The most important context of course is the reasoning behind the patent system in the first place. An internationally accepted rationale for patent law is that a patent grants security to an inventor who, through his or her intellect and labor, has conceived an invention that benefits the society. Granting that inventor patent rights prevents others from exploiting the fruit of that inventor’s labor without consent. Simply put, patents prevent anyone from stealing an inventor’s idea. In exchange, the inventor has a duty to make the details (or the “secret trick”) of his or her invention available to the public through the process of patent application. Importantly, a patent is in force for no more than 20 years, after which the knowledge in that patent will become public information for anyone’s free use.

With that in mind, we can begin to look at the specific context of cannabis-based patents.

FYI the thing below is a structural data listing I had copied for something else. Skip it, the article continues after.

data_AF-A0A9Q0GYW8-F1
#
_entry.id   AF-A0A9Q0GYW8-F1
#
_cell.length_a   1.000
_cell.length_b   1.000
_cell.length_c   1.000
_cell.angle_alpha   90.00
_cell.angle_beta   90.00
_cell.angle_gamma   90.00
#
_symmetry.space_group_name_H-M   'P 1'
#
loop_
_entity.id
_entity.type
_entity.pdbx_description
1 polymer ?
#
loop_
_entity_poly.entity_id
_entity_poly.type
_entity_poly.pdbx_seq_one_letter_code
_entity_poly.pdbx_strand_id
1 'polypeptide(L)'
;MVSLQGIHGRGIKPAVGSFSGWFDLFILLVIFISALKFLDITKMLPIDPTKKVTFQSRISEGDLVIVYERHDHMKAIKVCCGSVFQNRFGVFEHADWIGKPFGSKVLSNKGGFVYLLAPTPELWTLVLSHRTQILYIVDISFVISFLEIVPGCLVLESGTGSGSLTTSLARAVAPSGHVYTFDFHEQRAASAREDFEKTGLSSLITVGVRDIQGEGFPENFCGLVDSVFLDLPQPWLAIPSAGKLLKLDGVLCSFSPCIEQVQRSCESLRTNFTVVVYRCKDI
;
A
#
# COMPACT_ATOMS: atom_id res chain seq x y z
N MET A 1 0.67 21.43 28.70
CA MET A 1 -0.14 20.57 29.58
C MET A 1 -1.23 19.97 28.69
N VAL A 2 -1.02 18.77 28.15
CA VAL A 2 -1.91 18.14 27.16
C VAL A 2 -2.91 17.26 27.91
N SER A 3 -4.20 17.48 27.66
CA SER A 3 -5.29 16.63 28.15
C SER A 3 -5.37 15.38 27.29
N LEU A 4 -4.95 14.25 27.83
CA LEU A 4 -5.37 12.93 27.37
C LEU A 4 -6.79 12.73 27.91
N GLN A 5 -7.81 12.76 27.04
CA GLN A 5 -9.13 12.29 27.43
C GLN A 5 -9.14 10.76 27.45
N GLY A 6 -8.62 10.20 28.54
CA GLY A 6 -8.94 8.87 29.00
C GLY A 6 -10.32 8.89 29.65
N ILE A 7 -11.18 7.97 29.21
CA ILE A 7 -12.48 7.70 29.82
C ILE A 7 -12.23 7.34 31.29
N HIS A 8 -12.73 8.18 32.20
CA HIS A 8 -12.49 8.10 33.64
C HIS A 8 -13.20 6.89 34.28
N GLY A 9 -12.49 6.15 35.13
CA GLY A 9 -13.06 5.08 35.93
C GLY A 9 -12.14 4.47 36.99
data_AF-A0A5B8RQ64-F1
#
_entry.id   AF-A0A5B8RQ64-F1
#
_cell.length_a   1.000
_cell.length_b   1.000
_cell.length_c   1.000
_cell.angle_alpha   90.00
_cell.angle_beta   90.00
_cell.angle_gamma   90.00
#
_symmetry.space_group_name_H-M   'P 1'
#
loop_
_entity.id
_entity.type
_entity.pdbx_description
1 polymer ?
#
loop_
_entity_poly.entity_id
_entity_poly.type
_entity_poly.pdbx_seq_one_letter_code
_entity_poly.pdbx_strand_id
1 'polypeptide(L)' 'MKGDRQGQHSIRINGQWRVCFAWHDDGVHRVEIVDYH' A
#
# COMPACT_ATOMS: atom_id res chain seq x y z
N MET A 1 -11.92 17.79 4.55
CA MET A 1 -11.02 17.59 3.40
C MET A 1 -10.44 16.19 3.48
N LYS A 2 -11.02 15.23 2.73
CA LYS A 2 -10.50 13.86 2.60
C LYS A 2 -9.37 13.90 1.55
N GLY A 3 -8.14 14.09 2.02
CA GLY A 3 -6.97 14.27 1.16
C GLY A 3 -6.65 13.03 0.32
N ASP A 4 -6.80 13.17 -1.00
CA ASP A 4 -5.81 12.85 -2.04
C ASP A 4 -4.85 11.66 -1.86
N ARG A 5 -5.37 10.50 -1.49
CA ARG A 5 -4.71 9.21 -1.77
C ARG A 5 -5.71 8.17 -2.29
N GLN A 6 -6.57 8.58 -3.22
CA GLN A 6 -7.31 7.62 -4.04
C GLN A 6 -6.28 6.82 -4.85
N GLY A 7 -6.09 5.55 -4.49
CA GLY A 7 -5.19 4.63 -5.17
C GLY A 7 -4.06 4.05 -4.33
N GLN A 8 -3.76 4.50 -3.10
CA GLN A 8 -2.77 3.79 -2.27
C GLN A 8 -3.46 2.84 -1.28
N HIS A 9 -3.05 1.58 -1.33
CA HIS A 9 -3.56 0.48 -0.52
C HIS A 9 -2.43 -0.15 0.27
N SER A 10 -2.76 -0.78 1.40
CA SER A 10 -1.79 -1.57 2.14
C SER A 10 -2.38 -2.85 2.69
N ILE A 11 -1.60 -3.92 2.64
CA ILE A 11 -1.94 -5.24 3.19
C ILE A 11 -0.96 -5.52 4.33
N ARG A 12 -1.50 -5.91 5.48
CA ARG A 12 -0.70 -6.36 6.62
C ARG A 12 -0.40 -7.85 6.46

Current State of Cannabis Patents in Thailand

A preliminary investigation into the Department of Intellectual Property (DIP) database shows that 91 patent applications have been filed in Thailand relating to the group of chemicals found in cannabis. This search excludes any incidental uses such as traditional medicines and textile industry applications. Among these, only one application has been registered as a Thai patent, and that patent was later revoked. Of the remaining 90 applications, 51 were abandoned without registration. The remaining 39 have been published and are pending substantial examination by the DIP.

It is important to clarify that a patent application is not the same as patent registration. Rights do not exist until an application is registered, and before registration the applicant has no right to sue anyone. Therefore, no one, Thai or foreign, is currently able to sue anyone for infringing a cannabis extract patent in Thailand.

Natural Substances

One hotly debated point is whether or not people should be able to patent “natural substances.” This is an odd argument from a patent attorney’s point of view, because the law already addresses it. Section 9 (1) of the Thai Patent Act B.E. 2522 (1979) expressly prevents “animals, plants or extracts from animals or plants” from being patented. The next logical step is to dig deeper into what that actually means.